read my first post about my project here.
My first activity, back in May, was a workshop for school groups which explored different ways of interpreting the Bible, taking Blake’s Illustrations to the Book of Job as inspiration. The timing of the exhibition and space in the education programme meant that it would be difficult to work with year groups who would be taking exams, so I decided to target Key Stage 3 (ages 11-15). I focussed the workshop on the story of the Good Samaritan which appears on the Religious Studies syllabus and is depicted by Blake in his illustrations to Night Thoughts (you can view it via LUNA). In the end I had two groups – one of eight year 10s (so actually early Key Stage 4, aged 15-16), and the other of thirty year 9s. Needless to say the dynamics were very different with the two groups. The larger group were more challenging in many respects (for instance, I was surprised how short their attention span was when I gave them time to produce a piece of work), but they were more talkative, so we ended up having a lengthy discussion in the exhibition about one of the books and the issues around displaying works in an exhibition. Conversely, the smaller group were a bit shy at first but became more talkative as the workshop went on and they produced some really nice work.
My second activity, at the end of June, was a tour of the exhibition and collection encounter focussing on Blake’s fascination with the Gothic, inspired by the John Rylands Library itself which is a magnificent neo-Gothic edifice. The photograph above is from one of two tours I did – the lady on the left was the only taker on this tour (I suspect because the advertising was not released very far in advance because it came right at the start of the library’s summer programme). I think she was a little overwhelmed at first to have a personal tour, plus photographer (Jamie Robinson of the Centre for Heritage Imaging and Collection Care), plus another member of staff (Stella Halkyard, my main contact at the Library, who curated the exhibition and organised the items for the collection encounters), but it meant that it became more of a conversation than with a larger group and she seemed very happy at the end. In the photograph we are looking at an engraving of Henry Fuseli’s spooky painting of the witches and Macbeth from Boydell’s Shakespeare Gallery.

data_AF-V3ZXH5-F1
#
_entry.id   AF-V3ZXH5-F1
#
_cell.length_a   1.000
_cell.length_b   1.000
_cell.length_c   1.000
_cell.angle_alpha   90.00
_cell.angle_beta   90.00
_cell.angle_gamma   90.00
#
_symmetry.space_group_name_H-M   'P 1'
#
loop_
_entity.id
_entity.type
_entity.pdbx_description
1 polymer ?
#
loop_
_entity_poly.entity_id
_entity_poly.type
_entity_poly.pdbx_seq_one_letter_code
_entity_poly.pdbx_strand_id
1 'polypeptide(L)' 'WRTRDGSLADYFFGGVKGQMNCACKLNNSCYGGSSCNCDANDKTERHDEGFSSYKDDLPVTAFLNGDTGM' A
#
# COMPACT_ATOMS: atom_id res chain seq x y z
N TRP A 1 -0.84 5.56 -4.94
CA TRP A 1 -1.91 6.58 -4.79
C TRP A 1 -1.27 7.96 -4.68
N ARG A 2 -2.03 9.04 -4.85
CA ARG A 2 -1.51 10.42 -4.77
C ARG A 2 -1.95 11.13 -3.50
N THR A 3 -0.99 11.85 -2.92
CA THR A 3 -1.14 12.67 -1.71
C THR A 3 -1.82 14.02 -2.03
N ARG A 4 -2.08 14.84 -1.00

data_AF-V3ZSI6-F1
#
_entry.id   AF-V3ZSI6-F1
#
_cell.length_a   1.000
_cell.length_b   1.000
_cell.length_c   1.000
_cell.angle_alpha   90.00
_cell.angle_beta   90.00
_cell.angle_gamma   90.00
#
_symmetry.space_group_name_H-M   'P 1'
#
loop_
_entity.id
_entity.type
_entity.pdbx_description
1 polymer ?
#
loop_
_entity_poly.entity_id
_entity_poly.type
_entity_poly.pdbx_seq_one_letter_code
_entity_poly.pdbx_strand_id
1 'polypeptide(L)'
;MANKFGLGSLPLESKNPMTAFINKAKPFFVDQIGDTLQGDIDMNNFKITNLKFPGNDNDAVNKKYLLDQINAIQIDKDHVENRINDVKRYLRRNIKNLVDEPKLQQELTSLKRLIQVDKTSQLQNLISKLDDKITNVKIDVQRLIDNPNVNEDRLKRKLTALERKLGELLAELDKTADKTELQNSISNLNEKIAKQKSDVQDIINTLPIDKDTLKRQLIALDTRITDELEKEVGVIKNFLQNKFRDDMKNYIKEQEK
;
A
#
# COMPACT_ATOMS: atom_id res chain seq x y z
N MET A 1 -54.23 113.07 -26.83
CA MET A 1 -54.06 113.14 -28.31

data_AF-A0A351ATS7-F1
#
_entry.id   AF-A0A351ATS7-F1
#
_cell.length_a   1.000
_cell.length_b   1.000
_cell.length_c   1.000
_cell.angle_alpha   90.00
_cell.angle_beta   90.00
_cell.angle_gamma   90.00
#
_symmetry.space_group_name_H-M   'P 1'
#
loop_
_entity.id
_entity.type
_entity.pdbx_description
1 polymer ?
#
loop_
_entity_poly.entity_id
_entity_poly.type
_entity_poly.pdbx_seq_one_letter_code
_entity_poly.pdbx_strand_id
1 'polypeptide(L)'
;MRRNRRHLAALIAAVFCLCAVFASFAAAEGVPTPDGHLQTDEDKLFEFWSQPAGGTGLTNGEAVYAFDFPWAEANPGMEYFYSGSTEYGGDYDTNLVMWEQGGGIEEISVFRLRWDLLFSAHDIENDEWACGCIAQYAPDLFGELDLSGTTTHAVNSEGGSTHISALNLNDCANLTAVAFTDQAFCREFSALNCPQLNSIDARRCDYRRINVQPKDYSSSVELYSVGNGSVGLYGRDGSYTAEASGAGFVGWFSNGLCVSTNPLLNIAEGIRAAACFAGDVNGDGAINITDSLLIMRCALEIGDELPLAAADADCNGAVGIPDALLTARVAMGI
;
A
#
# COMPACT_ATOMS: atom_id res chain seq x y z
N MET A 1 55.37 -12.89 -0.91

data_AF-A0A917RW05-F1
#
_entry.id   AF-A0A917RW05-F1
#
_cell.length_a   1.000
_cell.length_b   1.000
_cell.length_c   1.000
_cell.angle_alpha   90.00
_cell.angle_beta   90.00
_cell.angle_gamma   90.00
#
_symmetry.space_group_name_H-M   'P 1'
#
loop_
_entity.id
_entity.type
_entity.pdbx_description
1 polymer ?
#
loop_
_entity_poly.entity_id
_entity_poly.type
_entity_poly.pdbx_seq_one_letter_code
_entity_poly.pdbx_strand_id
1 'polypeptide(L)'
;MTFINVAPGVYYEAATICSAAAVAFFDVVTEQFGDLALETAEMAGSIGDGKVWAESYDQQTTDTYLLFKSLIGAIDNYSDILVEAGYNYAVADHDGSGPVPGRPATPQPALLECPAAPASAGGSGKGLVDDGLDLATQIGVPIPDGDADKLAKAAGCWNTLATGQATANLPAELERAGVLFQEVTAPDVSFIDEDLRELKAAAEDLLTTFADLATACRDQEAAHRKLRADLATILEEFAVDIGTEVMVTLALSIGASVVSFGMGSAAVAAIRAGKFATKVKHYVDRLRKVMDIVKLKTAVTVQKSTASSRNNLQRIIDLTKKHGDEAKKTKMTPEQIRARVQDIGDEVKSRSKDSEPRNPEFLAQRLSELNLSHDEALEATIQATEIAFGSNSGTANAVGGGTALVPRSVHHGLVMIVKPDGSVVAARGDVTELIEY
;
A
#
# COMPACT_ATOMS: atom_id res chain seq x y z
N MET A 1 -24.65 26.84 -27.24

Tips for working with schools and public audiences
– Be prepared to be flexible: you never know what to expect in terms of numbers, personality and knowledge base of your groups.
– If your advertising is to be done through your partner, talk to them about their lead-in times to make sure there is sufficient time for take-up
– If you are taking bookings for your event, especially if it is free, anticipate people dropping out without telling you
– Always have something extra up your sleeve in case things go faster than you expected.
The third part of my project is an online version of the exhibition, which will be a virtual incarnation of the physical exhibition, as well as incorporating the fruits of various activities run alongside (including my own workshops and tours). It’s now in the final technical stages and will be launching soon. I’ll say more about the process of working on it in my final post for this project.